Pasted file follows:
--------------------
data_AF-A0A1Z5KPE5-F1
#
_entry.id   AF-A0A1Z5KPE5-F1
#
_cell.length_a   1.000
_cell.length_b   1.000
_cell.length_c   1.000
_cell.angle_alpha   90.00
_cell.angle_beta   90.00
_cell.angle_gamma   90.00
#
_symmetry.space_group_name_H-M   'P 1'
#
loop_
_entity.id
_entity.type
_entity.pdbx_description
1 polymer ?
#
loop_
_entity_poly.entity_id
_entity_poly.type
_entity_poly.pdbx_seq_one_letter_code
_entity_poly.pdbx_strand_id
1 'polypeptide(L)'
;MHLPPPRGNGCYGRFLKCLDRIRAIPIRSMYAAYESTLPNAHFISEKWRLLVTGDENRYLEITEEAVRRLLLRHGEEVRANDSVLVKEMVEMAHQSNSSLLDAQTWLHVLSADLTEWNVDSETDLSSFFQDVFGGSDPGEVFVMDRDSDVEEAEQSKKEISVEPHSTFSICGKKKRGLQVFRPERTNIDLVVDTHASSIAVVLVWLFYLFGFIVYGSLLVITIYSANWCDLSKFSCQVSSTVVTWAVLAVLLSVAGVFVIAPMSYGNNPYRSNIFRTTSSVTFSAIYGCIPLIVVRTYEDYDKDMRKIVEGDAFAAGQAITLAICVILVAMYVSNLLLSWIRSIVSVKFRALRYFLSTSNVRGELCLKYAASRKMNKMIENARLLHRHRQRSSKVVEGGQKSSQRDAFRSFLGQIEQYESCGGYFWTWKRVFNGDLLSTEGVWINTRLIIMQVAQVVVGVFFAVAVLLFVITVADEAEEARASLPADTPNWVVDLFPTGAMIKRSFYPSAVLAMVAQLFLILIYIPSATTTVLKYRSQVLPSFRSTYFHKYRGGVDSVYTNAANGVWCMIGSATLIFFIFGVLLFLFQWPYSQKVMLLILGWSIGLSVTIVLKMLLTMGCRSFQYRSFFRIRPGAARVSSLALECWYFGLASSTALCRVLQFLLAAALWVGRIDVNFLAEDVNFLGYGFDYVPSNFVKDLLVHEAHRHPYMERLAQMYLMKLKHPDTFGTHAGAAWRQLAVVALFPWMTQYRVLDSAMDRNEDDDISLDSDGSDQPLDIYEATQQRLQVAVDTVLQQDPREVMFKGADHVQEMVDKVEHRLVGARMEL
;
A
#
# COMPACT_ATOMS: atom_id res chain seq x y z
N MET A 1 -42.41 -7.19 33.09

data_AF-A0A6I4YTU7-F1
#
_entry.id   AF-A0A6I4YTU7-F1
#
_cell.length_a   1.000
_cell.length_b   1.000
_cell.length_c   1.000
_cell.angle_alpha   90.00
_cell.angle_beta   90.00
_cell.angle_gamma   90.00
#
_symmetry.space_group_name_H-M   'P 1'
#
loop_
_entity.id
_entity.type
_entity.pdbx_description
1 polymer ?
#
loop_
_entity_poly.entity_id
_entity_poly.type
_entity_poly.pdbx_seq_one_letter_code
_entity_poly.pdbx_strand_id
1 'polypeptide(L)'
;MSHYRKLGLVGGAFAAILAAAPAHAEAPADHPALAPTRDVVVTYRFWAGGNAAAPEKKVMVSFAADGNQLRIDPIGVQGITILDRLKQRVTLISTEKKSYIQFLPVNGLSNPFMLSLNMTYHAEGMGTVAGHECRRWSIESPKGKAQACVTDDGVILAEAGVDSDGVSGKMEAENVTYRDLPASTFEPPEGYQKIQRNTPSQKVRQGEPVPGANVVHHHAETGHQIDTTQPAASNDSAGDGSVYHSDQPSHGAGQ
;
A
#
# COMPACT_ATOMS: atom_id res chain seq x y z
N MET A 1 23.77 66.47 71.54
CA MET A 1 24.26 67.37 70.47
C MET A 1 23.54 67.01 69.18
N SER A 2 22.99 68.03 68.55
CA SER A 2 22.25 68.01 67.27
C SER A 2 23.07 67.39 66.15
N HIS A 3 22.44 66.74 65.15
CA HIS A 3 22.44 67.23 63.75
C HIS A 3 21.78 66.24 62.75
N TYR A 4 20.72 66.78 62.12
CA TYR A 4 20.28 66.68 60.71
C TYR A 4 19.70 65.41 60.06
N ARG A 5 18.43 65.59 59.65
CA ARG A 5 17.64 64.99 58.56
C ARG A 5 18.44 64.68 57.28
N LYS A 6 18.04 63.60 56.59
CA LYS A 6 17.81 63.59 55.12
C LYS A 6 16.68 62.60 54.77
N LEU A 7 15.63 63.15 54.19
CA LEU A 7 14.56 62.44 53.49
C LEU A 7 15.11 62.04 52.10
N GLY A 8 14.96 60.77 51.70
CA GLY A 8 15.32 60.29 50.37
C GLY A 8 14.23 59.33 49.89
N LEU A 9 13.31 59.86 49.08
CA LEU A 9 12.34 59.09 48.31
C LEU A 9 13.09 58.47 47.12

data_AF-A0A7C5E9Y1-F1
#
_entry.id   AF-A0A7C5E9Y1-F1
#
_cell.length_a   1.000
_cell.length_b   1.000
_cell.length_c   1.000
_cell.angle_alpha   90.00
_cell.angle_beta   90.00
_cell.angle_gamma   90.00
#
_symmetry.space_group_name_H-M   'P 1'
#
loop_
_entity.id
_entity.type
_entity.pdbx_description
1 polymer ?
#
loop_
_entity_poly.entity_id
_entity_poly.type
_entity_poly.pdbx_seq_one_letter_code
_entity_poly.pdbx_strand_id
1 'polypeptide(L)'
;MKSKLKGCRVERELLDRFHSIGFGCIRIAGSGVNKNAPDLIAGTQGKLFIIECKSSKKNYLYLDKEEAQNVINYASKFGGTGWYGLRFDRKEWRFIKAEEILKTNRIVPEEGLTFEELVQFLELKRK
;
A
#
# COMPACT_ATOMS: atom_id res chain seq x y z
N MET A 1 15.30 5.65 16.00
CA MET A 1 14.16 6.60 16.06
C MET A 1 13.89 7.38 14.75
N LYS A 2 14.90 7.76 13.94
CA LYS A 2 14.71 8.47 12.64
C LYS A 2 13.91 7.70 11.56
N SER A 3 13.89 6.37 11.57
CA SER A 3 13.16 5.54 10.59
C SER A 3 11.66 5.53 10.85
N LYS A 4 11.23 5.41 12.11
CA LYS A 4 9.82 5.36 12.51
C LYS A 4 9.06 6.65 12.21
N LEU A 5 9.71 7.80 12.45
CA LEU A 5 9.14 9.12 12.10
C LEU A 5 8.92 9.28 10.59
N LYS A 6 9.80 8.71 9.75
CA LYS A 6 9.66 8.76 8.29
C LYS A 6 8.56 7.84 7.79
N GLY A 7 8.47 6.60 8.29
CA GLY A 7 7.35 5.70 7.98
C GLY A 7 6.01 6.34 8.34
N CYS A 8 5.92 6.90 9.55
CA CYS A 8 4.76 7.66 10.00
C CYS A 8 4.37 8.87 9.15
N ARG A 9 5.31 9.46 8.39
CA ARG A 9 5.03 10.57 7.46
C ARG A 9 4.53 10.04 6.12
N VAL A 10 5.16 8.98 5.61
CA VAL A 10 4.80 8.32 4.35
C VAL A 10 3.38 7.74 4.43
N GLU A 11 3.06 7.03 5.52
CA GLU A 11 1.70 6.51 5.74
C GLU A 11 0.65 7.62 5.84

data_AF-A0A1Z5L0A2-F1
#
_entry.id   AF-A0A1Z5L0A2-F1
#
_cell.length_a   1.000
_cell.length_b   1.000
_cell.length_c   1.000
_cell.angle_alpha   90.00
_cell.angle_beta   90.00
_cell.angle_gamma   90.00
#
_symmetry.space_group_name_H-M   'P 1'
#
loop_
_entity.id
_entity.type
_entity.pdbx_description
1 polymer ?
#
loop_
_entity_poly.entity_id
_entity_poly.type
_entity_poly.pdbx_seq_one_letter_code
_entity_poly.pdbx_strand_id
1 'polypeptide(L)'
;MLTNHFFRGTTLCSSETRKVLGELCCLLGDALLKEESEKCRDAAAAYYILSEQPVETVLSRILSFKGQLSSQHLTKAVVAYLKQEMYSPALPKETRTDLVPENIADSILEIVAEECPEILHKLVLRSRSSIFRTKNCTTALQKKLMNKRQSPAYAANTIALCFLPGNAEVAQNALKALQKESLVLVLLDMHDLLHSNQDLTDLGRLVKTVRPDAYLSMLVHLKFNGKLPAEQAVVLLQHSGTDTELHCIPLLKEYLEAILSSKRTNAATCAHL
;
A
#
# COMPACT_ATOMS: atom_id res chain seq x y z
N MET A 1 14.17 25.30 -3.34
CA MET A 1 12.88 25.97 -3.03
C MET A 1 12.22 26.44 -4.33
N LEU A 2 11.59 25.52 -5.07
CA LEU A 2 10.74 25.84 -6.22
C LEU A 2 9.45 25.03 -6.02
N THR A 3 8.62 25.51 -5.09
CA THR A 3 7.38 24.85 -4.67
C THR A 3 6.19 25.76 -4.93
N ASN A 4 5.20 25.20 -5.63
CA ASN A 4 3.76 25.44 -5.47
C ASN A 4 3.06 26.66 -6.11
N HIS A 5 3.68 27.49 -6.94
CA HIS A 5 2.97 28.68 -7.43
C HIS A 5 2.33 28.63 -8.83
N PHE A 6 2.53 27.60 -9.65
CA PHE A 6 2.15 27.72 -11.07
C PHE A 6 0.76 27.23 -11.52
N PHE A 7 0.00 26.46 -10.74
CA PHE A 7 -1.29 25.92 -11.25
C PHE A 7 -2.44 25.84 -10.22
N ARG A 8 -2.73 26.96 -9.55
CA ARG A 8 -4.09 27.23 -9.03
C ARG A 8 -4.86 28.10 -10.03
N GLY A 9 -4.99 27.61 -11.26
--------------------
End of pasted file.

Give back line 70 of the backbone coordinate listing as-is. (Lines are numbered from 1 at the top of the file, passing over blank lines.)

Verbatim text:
C HIS A 3 21.78 66.24 62.75